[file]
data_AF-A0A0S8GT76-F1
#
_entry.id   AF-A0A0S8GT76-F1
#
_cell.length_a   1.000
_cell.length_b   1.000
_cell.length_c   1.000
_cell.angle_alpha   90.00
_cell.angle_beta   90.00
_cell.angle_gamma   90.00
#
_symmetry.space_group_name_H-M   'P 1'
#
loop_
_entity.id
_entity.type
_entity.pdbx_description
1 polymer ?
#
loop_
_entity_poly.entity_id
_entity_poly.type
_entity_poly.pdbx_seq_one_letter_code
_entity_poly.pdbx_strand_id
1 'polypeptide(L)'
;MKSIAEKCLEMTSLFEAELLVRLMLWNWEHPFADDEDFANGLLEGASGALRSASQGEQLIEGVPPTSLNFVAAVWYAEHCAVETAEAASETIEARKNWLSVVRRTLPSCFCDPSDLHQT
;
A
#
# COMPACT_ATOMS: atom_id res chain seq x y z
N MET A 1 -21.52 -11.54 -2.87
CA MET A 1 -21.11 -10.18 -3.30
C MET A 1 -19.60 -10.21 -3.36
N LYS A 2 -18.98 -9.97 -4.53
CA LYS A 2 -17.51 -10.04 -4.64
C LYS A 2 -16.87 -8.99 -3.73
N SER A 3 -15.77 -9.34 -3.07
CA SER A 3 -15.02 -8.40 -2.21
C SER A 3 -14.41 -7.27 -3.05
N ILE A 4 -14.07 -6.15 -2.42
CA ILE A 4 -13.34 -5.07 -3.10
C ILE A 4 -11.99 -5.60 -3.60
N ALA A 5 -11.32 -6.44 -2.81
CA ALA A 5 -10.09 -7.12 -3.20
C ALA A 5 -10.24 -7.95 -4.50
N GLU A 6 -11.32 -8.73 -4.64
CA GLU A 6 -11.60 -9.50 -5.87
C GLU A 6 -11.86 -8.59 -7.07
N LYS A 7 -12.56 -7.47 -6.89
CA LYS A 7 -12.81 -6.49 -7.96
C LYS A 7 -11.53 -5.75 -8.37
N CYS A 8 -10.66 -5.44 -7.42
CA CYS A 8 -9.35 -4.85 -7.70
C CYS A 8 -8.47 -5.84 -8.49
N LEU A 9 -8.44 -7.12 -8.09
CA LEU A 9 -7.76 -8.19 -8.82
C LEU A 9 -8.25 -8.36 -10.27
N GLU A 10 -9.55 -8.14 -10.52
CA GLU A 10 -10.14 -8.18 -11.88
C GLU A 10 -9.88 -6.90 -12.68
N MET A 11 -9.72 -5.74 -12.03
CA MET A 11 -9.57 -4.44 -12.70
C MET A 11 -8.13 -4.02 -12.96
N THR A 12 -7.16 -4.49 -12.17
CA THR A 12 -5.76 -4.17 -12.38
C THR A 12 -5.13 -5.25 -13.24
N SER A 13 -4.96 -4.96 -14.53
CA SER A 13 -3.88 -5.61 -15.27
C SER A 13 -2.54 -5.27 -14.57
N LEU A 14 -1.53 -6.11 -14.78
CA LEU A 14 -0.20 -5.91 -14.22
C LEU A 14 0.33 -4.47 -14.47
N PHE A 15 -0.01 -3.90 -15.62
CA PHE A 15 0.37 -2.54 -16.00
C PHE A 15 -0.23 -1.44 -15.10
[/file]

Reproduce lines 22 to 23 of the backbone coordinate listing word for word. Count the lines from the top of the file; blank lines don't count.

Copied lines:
_entity_poly.type
_entity_poly.pdbx_seq_one_letter_code